Office Visit: Alldayeveryday

January 05, 2015 BY STEVE DOOL

When listing pockets of professional creativity in today’s New York, the East Village isn’t necessarily the first place that comes to mind – at least not before the seemingly countless suites and converted lofts of SoHo and parts of Brooklyn that so many cutting edge ad agencies, media companies and creative consultants call home. But if there’s one guideline to working life in the city that trumps all others, it’s to jump on a good space when you find it, no matter where it is.

Media and entertainment company Alldayeveryday seems to have adhered to this rule of thumb when they moved into their 11th Street workspace just over two years ago. Allday is one of the few companies of their kind in the neighborhood, which suits them just fine.

“This is a great neighborhood to work in,” said Marketing Director Jamie Falkowski. “It is just a bit off the beaten path, but still accessible to just about anywhere in the city. I really enjoy being in an area that has more small businesses than chains.”

It’s feasible to imagine that Alldayeveryday could have at least been tempted to make an office as interesting as theirs work in almost any neighborhood. Housed in a former firehouse that dates back to 1939, the Allday headquarters are an open-space blend of original details and modifications meant to maximize creativity and versatility. They also have the entire building, a rarity in Manhattan real estate.

“We have three floors, all designed and set up to be open with a handful of conference and meeting rooms throughout,” Falkowski said. “The nature of our work has us constantly shifting from floor to floor which can inspire a lot of impromptu catch ups. A lot of great work comes from face time and constant sharing of thoughts and opinions; with that our office space provides a lot of flexibility.”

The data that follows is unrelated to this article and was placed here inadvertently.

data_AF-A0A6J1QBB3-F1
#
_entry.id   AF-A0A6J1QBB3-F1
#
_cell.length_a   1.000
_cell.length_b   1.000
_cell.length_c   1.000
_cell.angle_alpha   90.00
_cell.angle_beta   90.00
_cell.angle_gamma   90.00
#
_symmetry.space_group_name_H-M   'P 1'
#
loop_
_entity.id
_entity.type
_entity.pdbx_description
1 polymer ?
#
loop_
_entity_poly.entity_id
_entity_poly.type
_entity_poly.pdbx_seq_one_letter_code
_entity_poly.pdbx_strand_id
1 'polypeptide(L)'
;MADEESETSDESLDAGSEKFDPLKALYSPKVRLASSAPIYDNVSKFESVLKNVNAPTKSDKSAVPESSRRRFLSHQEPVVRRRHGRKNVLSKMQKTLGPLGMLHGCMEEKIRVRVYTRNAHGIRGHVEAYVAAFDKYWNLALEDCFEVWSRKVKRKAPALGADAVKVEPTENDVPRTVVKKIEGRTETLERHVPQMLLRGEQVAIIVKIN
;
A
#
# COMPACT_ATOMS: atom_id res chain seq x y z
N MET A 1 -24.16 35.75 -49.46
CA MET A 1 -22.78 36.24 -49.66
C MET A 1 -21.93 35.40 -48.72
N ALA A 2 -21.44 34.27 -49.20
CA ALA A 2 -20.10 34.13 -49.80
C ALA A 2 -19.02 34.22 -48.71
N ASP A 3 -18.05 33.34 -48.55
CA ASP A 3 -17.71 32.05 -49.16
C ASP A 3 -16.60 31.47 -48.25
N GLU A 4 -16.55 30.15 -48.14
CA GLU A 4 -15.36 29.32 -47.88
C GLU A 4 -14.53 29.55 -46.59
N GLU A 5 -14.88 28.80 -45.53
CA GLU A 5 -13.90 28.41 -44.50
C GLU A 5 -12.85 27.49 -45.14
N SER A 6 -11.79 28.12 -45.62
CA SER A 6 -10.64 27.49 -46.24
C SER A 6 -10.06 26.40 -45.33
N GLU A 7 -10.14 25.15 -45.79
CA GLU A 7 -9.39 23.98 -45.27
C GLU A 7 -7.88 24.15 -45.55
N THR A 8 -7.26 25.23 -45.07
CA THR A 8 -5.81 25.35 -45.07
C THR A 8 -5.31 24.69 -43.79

The team added in glass walled conference rooms, did away with a second floor lofted area and made use of existing features like a skylight and hardwood floors. During renovations, they also discovered original subway tiles, which they’ve made visible through cutaways high up in the first floor wall.

While kitchens on each floor and a spacious roof deck would be sure to arouse jealousy from even the most content cubicle jockey, the art on display is actually one of the most noticeable features of the Allday firehouse. Photographs, posters and prints are hung on walls and stacked in corners, lining much of the available space with points of inspiration. Falkowski notes that it’s “the immeasurable, like great art, magazines and a constant influx of interesting visitors that keeps the place exciting.”

The overall vibe is unmistakably that of an innovative, collaborative place.

“The office feels at times more like a club house than a desk job,” Falkowski said. “It helps to have a place you enjoy going to every day versus a cube.”

Photographs by Christian Cox